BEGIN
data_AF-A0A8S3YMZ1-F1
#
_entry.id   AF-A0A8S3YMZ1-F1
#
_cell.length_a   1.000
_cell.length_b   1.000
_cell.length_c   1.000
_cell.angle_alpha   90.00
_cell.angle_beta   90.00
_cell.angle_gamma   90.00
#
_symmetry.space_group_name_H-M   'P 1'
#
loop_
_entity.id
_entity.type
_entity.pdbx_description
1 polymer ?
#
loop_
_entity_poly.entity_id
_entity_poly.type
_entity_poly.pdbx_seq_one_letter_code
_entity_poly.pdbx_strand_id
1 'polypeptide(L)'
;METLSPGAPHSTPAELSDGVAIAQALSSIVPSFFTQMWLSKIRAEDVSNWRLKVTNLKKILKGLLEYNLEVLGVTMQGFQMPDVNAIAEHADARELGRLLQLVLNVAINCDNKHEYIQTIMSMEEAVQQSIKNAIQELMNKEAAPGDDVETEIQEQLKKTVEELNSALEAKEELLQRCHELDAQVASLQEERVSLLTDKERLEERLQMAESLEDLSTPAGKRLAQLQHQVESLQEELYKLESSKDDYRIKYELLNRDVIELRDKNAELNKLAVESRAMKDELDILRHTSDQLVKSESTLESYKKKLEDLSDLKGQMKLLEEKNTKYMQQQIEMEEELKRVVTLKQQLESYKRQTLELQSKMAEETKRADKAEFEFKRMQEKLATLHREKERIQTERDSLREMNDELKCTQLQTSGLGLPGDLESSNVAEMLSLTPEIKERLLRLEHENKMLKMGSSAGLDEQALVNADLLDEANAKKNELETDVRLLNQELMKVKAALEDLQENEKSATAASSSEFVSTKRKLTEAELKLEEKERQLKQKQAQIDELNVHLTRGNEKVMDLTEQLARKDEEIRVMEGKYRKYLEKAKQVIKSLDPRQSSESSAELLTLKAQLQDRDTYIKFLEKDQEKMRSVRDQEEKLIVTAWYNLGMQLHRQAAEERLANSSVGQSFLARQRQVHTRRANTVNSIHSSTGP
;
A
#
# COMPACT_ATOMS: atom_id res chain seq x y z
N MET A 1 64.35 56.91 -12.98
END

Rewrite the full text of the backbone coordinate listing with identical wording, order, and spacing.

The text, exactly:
data_AF-A0A8S3YMZ1-F1
#
_entry.id   AF-A0A8S3YMZ1-F1
#
_cell.length_a   1.000
_cell.length_b   1.000
_cell.length_c   1.000
_cell.angle_alpha   90.00
_cell.angle_beta   90.00
_cell.angle_gamma   90.00
#
_symmetry.space_group_name_H-M   'P 1'
#
loop_
_entity.id
_entity.type
_entity.pdbx_description
1 polymer ?
#
loop_
_entity_poly.entity_id
_entity_poly.type
_entity_poly.pdbx_seq_one_letter_code
_entity_poly.pdbx_strand_id
1 'polypeptide(L)'
;METLSPGAPHSTPAELSDGVAIAQALSSIVPSFFTQMWLSKIRAEDVSNWRLKVTNLKKILKGLLEYNLEVLGVTMQGFQMPDVNAIAEHADARELGRLLQLVLNVAINCDNKHEYIQTIMSMEEAVQQSIKNAIQELMNKEAAPGDDVETEIQEQLKKTVEELNSALEAKEELLQRCHELDAQVASLQEERVSLLTDKERLEERLQMAESLEDLSTPAGKRLAQLQHQVESLQEELYKLESSKDDYRIKYELLNRDVIELRDKNAELNKLAVESRAMKDELDILRHTSDQLVKSESTLESYKKKLEDLSDLKGQMKLLEEKNTKYMQQQIEMEEELKRVVTLKQQLESYKRQTLELQSKMAEETKRADKAEFEFKRMQEKLATLHREKERIQTERDSLREMNDELKCTQLQTSGLGLPGDLESSNVAEMLSLTPEIKERLLRLEHENKMLKMGSSAGLDEQALVNADLLDEANAKKNELETDVRLLNQELMKVKAALEDLQENEKSATAASSSEFVSTKRKLTEAELKLEEKERQLKQKQAQIDELNVHLTRGNEKVMDLTEQLARKDEEIRVMEGKYRKYLEKAKQVIKSLDPRQSSESSAELLTLKAQLQDRDTYIKFLEKDQEKMRSVRDQEEKLIVTAWYNLGMQLHRQAAEERLANSSVGQSFLARQRQVHTRRANTVNSIHSSTGP
;
A
#
# COMPACT_ATOMS: atom_id res chain seq x y z
N MET A 1 64.35 56.91 -12.98